Lynbrook Flight School has Launched

Students Working together to Brainstorm Ideas thumbnail208373
Students worked together in groups to engineer solutions thumbnail208374
Students Working together using blocks thumbnail208375
Students as partners designing a path for their robot thumbnail208376
Students built their own windmill thumbnail208377
Since September, students in third, fourth and fifth grades in the Lynbrook Public School District have been embarking on a project-based learning adventure through the new Flight School.

Each class in the district is visited by one of the two Flight School instructors, Corinne Teichman and Heather Cocozza, and students participate in a two-day immersive learning experience. Through multiple modules provided throughout the school year, the students are given the opportunity to engineer solutions to problems while learning about issues affecting the world today. The lessons are associated with the United Nations Sustainable Development Goals and helps students understand how humans impact the environment. They learned about their role and responsibilities as a citizen when it comes to consumption and disposal of plastics, how pollution is caused by the use of fossil fuels and about renewable energy resources. Additionally, students learned about how our environment is changing because of invasive species.

The fifth grade Flight School students were first to take flight. Students took on the issues of pollution with a focus on landfills. Students learned the pros and cons of garbage disposal and even created a model landfill that was constructed to protect the environment from potential pollutants such as leachate.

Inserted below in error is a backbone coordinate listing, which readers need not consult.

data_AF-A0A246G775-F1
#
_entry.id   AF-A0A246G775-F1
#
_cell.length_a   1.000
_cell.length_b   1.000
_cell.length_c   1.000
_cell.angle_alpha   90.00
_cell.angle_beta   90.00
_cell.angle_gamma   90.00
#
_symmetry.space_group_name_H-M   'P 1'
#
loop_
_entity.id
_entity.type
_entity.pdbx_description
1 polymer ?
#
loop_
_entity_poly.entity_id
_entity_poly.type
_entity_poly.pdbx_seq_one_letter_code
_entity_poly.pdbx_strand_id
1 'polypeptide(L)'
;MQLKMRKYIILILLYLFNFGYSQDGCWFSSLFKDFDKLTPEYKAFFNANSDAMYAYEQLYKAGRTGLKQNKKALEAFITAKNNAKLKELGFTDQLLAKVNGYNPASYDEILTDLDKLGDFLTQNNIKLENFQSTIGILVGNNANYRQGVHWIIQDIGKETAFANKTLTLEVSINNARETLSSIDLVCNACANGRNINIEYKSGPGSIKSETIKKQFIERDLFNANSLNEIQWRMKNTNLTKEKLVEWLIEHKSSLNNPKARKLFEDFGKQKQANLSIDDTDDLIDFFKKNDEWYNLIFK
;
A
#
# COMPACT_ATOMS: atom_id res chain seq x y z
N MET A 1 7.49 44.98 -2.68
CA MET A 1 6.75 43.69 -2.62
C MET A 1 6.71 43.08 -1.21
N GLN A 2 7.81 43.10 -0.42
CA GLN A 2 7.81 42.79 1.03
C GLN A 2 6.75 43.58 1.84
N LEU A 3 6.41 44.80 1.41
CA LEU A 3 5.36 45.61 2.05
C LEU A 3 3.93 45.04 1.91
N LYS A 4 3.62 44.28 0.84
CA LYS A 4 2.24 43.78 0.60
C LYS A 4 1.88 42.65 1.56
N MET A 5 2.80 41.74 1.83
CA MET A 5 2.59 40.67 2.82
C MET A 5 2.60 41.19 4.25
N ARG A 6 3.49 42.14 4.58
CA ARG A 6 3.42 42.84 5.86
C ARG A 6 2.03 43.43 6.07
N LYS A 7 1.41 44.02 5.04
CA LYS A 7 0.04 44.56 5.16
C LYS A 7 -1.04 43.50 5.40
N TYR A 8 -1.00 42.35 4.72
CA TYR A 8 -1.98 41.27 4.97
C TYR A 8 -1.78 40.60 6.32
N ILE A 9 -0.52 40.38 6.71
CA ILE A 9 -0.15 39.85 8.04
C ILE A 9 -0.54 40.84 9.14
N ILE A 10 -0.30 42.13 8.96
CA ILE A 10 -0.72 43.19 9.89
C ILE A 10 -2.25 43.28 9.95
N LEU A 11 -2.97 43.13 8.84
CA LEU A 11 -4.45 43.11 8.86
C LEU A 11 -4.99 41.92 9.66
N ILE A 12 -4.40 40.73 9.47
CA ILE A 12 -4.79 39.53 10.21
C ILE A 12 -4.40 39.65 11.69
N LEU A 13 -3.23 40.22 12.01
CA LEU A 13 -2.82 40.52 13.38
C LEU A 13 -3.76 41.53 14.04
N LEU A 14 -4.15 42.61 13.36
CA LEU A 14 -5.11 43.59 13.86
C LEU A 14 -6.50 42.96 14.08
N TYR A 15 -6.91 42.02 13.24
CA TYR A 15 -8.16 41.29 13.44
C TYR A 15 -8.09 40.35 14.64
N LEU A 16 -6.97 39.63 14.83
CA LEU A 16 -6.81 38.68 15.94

Fourth grade classes explored renewable energy by researching the mechanical power of wind. Inspired by the story of 14-year-old William Kamkwamba in “The Boy Who Harnessed the Wind,” the students built their own windmills that would harness the mechanical energy produced by wind to lift a load. Students worked in partnerships using the engineer design process to create and develop the best shaped blades for their windmill to be the most successful.

Third grade took part in a study of invasive species. They first researched a particular frog and made note of how its structural and behavioral adaptations help it to survive. The students were then placed in the challenging situation of facing a new invasive species that began to take over the frog’s natural habitat. Students were challenged to brainstorm the new behavioral and physical adaptations their frogs must develop to stand

a chance of surviving against this new invasive species. Through the engineer design process, pairs of students brainstormed and built a new and improved version of their previous frogs to help them stand a fighting chance at survival.

Flight School helps students to feel empowered. When asked what they learned following their Flight School experience, two of Kathleen Sieling's fifth grade students shared the following: “It’s awesome,” said Marcello Malcangi. “It is so much fun. I learned to be more creative and communicative with my classmates.”

“I think that it’s very inclusive and has a lot of fun activities,” said Leo Krokoff. “It has more interactive activities than the typical classroom.”